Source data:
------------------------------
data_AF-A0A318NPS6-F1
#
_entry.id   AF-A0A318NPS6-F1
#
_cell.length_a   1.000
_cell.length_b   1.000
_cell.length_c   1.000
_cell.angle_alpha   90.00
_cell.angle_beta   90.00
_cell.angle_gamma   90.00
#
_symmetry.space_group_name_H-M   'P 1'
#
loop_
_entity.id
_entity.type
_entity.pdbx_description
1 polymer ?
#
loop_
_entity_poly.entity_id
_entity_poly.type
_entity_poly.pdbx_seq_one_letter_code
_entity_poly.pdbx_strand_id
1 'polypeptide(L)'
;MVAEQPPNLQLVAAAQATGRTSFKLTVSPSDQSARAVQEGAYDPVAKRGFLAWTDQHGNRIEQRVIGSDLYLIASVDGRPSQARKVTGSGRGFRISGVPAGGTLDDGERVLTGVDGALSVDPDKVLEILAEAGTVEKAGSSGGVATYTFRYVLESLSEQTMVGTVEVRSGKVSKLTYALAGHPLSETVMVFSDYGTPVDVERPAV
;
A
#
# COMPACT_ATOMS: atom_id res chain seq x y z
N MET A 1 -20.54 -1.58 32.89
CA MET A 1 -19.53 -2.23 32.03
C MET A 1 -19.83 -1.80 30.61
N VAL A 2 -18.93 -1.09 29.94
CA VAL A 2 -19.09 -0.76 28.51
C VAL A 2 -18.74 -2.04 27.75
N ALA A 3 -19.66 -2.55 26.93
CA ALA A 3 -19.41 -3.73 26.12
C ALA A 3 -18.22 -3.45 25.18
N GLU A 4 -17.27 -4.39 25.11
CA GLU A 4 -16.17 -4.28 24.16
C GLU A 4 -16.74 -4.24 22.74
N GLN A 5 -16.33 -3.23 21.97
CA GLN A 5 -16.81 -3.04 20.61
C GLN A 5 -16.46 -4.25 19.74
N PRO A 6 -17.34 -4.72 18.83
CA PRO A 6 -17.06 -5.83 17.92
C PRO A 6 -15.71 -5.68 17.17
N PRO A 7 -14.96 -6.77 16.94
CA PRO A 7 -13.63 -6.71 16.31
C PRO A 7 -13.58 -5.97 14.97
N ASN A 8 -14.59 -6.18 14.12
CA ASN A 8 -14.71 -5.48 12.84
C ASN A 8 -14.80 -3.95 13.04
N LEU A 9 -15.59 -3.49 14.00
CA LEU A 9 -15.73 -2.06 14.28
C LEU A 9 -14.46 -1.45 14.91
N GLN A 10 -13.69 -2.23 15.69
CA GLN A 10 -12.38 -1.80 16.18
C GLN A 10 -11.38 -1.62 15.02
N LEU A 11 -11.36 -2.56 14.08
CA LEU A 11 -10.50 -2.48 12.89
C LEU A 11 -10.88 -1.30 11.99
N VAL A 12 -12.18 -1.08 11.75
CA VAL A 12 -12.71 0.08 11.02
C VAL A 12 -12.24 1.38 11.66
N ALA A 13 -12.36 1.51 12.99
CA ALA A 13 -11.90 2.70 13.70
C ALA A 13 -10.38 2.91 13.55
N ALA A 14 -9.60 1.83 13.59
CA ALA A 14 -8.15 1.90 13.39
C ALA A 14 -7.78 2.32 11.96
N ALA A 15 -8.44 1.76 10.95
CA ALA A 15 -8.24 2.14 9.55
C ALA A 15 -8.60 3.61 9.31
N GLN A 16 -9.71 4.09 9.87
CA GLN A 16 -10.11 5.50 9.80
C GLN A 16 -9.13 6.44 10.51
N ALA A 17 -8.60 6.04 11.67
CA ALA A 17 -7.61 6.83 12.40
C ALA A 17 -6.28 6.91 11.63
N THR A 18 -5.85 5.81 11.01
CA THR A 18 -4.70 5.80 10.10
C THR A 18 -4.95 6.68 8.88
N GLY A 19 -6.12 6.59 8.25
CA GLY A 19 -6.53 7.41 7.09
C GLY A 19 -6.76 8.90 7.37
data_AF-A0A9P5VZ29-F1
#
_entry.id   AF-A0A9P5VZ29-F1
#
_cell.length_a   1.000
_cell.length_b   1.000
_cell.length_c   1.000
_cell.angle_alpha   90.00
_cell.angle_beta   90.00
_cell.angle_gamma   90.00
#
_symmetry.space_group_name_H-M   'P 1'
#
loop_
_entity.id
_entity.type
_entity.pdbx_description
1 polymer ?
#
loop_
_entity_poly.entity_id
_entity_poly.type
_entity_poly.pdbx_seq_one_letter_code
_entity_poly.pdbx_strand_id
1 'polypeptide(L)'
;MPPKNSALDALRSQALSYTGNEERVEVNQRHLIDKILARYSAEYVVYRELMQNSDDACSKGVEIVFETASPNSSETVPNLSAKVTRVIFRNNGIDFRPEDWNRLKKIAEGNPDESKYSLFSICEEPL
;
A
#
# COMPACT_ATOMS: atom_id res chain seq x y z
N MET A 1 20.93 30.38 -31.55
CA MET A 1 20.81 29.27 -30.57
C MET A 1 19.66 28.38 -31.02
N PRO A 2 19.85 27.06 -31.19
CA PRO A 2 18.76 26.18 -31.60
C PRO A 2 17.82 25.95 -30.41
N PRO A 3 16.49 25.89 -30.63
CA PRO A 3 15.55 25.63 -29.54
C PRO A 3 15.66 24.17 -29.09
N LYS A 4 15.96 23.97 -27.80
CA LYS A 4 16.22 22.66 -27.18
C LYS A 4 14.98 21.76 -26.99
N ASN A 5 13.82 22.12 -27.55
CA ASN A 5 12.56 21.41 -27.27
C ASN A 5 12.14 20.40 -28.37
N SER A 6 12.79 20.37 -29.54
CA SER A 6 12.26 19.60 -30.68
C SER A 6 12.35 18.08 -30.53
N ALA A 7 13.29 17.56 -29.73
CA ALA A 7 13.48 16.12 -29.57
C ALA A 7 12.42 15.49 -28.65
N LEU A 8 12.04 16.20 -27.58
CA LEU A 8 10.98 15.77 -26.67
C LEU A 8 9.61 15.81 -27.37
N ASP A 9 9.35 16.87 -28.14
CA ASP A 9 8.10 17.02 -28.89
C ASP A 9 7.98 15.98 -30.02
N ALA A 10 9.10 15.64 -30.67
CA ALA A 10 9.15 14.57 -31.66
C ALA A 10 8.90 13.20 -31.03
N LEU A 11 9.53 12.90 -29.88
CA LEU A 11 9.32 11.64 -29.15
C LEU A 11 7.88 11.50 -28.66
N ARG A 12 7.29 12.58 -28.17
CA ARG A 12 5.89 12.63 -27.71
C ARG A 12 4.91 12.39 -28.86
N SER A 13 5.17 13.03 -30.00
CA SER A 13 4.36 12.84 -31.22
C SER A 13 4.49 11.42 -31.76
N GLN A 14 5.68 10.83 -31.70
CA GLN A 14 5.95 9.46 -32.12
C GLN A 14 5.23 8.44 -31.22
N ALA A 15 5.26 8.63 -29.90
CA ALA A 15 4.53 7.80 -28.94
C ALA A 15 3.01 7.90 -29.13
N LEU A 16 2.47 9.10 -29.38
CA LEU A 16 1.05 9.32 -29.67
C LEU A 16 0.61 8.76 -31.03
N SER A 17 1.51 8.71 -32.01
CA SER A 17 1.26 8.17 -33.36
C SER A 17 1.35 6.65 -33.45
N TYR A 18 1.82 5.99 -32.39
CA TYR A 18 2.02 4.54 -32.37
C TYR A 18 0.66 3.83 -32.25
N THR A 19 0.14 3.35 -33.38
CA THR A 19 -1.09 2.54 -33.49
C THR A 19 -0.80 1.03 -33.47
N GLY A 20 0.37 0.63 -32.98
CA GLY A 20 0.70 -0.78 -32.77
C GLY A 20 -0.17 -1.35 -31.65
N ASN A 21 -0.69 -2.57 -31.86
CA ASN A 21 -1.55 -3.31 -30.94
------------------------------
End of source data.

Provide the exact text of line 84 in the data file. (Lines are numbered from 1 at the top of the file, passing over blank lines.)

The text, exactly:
C THR A 18 -4.95 6.68 8.88